Jackson Q&A: Revocation’s Dave Davidson

March 14, 2013


Ever since their EP Teratogenesis came out in September of 2012, fans have been clamoring for new material from Boston death metallers Revocation.

Luckily, the quartet is putting the finishing touches on their next full-length album, a self-titled gem of true thrash goodness.

With the record due out soon, JacksonGuitars.com caught up with frontman Dave Davidson to discuss how things have been going.

JacksonGuitars.com: You haven’t been off the road for very long. How fast did you get back into the studio?

Davidson: We started right at the beginning of February, and we recorded the drums first in this new studio we haven’t been to before. From there, we’ve been recording at my place, basically.

JacksonGuitars.com: How does it work recording a record with an entire band in your own home?

Davidson: That’s how we’ve done it on every recording. We re-amped everything, which is getting the direct signal from the guitar. What we’re hearing is like Line 6 pod tones for now, and then once the guitar and bass parts are recorded, our engineer goes in and re-amps it. Basically, he takes that signal and plugs it into an amp, and then the guitar plays as if I was playing live. It’s kind of cool because you can experiment with some different sounds.  Put an overdrive pedal in front of an amp, for example. You can mess around.  Sometimes, you get a guitar that will sound good just by itself, but hearing it in the context of the whole mix, that’s when things can change. We felt comfortable re-amping. I thought, “I don’t know about this.” But our engineer said, “Just trust me.  This could be the wave of the future,” if you will.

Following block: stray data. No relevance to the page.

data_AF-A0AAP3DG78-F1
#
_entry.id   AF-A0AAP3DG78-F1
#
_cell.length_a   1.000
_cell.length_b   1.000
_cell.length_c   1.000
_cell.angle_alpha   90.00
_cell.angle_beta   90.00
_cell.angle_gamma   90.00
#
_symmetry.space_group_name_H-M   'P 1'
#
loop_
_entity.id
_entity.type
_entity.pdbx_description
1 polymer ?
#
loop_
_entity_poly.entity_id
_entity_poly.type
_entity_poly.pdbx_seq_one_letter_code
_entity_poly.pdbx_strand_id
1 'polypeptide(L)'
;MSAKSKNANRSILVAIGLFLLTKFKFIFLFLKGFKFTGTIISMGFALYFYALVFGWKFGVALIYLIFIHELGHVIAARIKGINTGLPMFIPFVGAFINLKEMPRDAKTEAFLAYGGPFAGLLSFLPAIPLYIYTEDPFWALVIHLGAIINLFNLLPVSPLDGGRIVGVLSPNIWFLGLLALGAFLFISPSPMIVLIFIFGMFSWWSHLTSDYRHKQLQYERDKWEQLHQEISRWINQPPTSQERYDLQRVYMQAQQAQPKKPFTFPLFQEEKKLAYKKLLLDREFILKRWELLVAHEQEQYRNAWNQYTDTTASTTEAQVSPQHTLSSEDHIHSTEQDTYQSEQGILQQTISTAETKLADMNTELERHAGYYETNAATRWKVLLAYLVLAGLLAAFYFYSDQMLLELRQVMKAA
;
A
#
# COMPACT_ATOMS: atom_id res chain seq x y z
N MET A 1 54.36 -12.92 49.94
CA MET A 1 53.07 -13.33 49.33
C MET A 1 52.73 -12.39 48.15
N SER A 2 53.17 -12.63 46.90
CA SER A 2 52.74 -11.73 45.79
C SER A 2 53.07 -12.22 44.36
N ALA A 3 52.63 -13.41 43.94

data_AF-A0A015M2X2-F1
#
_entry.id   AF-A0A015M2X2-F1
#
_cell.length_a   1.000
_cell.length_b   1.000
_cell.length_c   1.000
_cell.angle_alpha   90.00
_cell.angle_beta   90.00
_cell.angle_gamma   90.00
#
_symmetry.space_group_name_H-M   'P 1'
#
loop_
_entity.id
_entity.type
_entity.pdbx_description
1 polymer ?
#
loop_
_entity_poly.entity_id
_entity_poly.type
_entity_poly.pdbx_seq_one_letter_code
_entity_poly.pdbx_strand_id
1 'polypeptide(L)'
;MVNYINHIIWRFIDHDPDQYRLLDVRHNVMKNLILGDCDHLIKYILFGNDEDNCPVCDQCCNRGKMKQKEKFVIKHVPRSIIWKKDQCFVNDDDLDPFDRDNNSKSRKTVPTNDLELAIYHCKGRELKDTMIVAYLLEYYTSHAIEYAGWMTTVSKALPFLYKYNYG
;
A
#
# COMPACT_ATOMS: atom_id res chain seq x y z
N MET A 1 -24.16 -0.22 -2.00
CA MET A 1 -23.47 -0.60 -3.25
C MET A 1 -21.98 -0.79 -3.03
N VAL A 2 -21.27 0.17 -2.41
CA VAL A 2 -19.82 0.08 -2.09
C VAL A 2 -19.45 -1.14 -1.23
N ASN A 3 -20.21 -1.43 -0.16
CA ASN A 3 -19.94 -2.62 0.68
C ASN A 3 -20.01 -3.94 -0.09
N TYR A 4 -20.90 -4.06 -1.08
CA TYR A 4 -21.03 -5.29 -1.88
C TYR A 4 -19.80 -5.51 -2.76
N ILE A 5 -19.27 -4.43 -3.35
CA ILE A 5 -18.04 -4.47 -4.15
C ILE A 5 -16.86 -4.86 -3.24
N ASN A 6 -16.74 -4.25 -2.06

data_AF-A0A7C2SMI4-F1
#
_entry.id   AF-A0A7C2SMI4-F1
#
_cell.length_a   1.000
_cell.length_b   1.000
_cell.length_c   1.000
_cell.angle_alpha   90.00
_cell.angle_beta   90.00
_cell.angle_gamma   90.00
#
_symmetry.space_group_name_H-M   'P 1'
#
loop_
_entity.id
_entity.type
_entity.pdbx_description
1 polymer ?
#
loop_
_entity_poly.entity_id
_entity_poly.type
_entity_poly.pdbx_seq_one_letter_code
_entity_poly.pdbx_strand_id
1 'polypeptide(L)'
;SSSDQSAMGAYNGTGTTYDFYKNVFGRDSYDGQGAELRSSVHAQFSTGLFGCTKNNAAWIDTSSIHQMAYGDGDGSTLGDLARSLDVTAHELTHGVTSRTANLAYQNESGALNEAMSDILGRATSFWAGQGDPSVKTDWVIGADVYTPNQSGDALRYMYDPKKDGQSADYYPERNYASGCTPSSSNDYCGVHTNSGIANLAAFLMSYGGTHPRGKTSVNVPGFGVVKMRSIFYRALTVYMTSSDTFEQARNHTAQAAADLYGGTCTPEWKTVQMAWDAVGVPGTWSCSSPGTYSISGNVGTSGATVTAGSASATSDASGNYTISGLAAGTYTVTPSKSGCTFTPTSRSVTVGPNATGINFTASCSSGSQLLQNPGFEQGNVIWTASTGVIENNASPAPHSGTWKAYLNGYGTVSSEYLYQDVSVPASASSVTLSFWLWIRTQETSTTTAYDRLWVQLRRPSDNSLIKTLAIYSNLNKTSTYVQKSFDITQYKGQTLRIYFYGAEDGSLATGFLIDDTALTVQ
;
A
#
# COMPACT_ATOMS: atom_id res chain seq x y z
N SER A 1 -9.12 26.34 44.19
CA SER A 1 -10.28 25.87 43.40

JacksonGuitars.com: What about the vocals?

Davidson: As far as the vocals, it was literally opening up a closet door, putting up some blankets to deaden the sound and throwing a mic in there. We’ve been doing it really DIY.  When you don’t have huge recording budgets, you can’t afford to go and be in a studio for a month or two months at a time, so we do it more this way. And at the end of the day, we get into the studio when it counts. The drums were recorded in a real studio to get that full-room sound. And of course, we’re using real amps at the end of the process, but that just goes to show what a good engineer can do with a mix.  You don’t have to be in a million dollar studio to get a good sound.

JacksonGuitars.com: How long have these songs been building?

Davidson: We’re constantly writing.  Some of this material is from a little while ago. We don’t write much in the actual studio, anyway. We like to be prepared and have as few surprises in the studio, to make sure we’re really passionate with the material before we lay anything down. Little things will change here and there, whether it’s a vocal pattern or a solo or something like that.  Those get more fleshed out to get tighter in the studio.  But the skeleton, we assemble that going in.

JacksonGuitars.com: You mentioned that this album will be self-titled. Why?